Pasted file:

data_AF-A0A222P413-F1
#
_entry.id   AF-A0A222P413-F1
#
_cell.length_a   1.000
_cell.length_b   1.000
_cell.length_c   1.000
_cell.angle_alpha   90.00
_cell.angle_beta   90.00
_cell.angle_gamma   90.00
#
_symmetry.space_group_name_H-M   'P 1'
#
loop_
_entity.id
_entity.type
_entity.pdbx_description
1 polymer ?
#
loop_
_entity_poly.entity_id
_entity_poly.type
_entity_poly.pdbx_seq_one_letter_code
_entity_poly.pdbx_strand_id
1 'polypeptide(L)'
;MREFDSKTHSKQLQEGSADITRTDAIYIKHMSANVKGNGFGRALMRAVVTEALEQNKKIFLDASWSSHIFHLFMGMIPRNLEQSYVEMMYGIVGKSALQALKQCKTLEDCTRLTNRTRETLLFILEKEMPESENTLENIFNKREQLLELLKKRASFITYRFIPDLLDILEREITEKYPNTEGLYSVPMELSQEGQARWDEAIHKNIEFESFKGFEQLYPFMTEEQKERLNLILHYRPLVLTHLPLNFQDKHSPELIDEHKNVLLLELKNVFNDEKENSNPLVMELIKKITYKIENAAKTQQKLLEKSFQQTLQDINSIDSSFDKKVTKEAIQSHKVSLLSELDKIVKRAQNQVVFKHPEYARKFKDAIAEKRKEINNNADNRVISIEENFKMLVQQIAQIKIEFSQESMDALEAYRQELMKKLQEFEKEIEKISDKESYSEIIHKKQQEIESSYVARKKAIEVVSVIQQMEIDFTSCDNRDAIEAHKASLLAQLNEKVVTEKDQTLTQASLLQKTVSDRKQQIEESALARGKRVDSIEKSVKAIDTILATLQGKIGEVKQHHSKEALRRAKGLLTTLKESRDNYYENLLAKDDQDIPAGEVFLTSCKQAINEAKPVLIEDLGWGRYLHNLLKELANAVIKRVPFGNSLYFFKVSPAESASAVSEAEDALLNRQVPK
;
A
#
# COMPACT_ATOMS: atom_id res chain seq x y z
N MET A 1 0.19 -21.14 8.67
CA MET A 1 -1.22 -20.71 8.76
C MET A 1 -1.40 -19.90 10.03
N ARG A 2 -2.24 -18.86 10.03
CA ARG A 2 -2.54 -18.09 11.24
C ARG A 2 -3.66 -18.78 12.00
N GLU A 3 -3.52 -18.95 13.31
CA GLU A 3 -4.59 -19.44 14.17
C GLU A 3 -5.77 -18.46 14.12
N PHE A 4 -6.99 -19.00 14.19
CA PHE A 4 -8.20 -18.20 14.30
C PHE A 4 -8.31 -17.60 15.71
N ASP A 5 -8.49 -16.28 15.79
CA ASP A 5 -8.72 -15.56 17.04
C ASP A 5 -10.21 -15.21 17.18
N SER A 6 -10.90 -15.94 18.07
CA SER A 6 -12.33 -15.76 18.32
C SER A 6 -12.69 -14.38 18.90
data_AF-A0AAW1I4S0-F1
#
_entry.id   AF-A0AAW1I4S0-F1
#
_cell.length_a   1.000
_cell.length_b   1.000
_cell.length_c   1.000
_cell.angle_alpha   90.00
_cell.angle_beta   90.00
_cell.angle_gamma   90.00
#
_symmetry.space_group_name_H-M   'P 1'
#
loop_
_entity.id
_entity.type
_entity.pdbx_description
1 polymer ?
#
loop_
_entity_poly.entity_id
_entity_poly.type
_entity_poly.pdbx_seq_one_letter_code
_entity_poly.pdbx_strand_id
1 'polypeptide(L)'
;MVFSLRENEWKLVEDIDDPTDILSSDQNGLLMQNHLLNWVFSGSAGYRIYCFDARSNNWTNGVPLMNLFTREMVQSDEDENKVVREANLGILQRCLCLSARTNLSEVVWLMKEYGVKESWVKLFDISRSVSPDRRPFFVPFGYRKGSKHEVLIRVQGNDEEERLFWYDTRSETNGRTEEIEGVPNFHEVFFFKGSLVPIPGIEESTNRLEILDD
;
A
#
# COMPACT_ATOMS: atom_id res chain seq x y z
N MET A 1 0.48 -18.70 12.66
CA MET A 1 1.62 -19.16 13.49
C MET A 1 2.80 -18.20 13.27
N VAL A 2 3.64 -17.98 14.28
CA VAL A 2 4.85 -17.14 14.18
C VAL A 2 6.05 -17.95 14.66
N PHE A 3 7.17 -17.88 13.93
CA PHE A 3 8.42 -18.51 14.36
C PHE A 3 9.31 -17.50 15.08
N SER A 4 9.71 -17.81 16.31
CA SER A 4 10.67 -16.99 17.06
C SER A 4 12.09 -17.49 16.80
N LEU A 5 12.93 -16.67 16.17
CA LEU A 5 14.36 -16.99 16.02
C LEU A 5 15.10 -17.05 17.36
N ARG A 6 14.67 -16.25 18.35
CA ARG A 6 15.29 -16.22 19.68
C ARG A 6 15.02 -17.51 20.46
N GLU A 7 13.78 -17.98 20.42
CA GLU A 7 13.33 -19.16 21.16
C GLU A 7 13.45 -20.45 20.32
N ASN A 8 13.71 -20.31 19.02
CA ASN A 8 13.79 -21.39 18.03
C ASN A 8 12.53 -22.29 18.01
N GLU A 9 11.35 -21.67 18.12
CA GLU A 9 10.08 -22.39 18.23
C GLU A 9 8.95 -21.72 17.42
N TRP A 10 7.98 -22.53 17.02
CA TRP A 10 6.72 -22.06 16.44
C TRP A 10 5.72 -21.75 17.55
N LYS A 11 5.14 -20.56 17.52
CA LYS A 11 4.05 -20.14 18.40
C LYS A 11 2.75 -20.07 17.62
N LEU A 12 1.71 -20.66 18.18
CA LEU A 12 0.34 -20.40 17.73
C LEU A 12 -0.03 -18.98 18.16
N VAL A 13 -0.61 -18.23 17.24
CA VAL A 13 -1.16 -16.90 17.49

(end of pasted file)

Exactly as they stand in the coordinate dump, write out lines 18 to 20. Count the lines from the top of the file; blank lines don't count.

1 polymer ?
#
loop_